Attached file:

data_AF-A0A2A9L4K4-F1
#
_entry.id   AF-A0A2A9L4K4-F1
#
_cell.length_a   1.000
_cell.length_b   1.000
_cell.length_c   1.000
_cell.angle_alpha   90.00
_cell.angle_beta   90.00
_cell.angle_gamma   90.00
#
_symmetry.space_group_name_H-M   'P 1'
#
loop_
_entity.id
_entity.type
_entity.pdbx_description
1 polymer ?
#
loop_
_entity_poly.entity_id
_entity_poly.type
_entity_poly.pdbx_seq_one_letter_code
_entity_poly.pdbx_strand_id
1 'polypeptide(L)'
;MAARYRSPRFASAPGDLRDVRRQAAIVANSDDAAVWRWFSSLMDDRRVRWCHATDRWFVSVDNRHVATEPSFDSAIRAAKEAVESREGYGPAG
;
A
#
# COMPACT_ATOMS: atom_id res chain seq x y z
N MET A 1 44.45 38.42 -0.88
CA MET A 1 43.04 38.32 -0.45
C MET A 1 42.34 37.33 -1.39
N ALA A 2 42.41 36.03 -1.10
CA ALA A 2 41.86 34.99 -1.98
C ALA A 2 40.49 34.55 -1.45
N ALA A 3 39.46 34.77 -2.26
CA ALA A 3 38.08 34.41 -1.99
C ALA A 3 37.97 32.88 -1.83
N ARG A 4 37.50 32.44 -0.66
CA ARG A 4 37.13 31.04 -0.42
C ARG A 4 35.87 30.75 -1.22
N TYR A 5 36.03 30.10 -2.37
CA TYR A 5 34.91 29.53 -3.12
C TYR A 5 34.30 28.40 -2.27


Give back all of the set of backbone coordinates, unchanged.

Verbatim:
data_AF-A0A2A9L4K4-F1
#
_entry.id   AF-A0A2A9L4K4-F1
#
_cell.length_a   1.000
_cell.length_b   1.000
_cell.length_c   1.000
_cell.angle_alpha   90.00
_cell.angle_beta   90.00
_cell.angle_gamma   90.00
#
_symmetry.space_group_name_H-M   'P 1'
#
loop_
_entity.id
_entity.type
_entity.pdbx_description
1 polymer ?
#
loop_
_entity_poly.entity_id
_entity_poly.type
_entity_poly.pdbx_seq_one_letter_code
_entity_poly.pdbx_strand_id
1 'polypeptide(L)'
;MAARYRSPRFASAPGDLRDVRRQAAIVANSDDAAVWRWFSSLMDDRRVRWCHATDRWFVSVDNRHVATEPSFDSAIRAAKEAVESREGYGPAG
;
A
#
# COMPACT_ATOMS: atom_id res chain seq x y z
N MET A 1 44.45 38.42 -0.88
CA MET A 1 43.04 38.32 -0.45
C MET A 1 42.34 37.33 -1.39
N ALA A 2 42.41 36.03 -1.10
CA ALA A 2 41.86 34.99 -1.98
C ALA A 2 40.49 34.55 -1.45
N ALA A 3 39.46 34.77 -2.26
CA ALA A 3 38.08 34.41 -1.99
C ALA A 3 37.97 32.88 -1.83
N ARG A 4 37.50 32.44 -0.66
CA ARG A 4 37.13 31.04 -0.42
C ARG A 4 35.87 30.75 -1.22
N TYR A 5 36.03 30.10 -2.37
CA TYR A 5 34.91 29.53 -3.12
C TYR A 5 34.30 28.40 -2.27